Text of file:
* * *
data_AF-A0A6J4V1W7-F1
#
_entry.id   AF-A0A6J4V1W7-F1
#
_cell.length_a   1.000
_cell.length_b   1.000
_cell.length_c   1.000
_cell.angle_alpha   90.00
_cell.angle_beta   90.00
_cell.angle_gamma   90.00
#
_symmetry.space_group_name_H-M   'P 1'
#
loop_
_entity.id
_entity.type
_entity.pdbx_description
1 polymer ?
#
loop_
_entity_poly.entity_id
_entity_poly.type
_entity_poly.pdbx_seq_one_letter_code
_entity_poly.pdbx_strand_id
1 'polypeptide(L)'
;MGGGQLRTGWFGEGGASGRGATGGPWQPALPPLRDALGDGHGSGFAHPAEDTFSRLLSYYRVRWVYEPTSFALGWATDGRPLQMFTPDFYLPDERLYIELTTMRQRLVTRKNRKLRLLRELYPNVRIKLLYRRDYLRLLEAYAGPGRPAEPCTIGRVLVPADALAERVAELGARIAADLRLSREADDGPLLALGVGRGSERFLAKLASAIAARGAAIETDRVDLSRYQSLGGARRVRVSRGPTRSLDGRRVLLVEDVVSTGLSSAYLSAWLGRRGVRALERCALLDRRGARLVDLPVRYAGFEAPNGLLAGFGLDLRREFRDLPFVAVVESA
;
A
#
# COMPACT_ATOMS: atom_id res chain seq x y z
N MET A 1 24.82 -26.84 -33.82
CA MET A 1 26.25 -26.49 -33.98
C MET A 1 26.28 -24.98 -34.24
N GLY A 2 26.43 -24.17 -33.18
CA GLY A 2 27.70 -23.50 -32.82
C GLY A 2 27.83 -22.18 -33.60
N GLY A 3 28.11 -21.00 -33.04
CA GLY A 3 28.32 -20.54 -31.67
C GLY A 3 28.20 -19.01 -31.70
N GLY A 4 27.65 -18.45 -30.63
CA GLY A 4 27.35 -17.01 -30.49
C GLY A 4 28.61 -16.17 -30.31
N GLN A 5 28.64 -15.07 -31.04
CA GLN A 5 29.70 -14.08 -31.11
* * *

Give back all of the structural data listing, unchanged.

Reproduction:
data_AF-A0A6J4V1W7-F1
#
_entry.id   AF-A0A6J4V1W7-F1
#
_cell.length_a   1.000
_cell.length_b   1.000
_cell.length_c   1.000
_cell.angle_alpha   90.00
_cell.angle_beta   90.00
_cell.angle_gamma   90.00
#
_symmetry.space_group_name_H-M   'P 1'
#
loop_
_entity.id
_entity.type
_entity.pdbx_description
1 polymer ?
#
loop_
_entity_poly.entity_id
_entity_poly.type
_entity_poly.pdbx_seq_one_letter_code
_entity_poly.pdbx_strand_id
1 'polypeptide(L)'
;MGGGQLRTGWFGEGGASGRGATGGPWQPALPPLRDALGDGHGSGFAHPAEDTFSRLLSYYRVRWVYEPTSFALGWATDGRPLQMFTPDFYLPDERLYIELTTMRQRLVTRKNRKLRLLRELYPNVRIKLLYRRDYLRLLEAYAGPGRPAEPCTIGRVLVPADALAERVAELGARIAADLRLSREADDGPLLALGVGRGSERFLAKLASAIAARGAAIETDRVDLSRYQSLGGARRVRVSRGPTRSLDGRRVLLVEDVVSTGLSSAYLSAWLGRRGVRALERCALLDRRGARLVDLPVRYAGFEAPNGLLAGFGLDLRREFRDLPFVAVVESA
;
A
#
# COMPACT_ATOMS: atom_id res chain seq x y z
N MET A 1 24.82 -26.84 -33.82
CA MET A 1 26.25 -26.49 -33.98
C MET A 1 26.28 -24.98 -34.24
N GLY A 2 26.43 -24.17 -33.18
CA GLY A 2 27.70 -23.50 -32.82
C GLY A 2 27.83 -22.18 -33.60
N GLY A 3 28.11 -21.00 -33.04
CA GLY A 3 28.32 -20.54 -31.67
C GLY A 3 28.20 -19.01 -31.70
N GLY A 4 27.65 -18.45 -30.63
CA GLY A 4 27.35 -17.01 -30.49
C GLY A 4 28.61 -16.17 -30.31
N GLN A 5 28.64 -15.07 -31.04
CA GLN A 5 29.70 -14.08 -31.11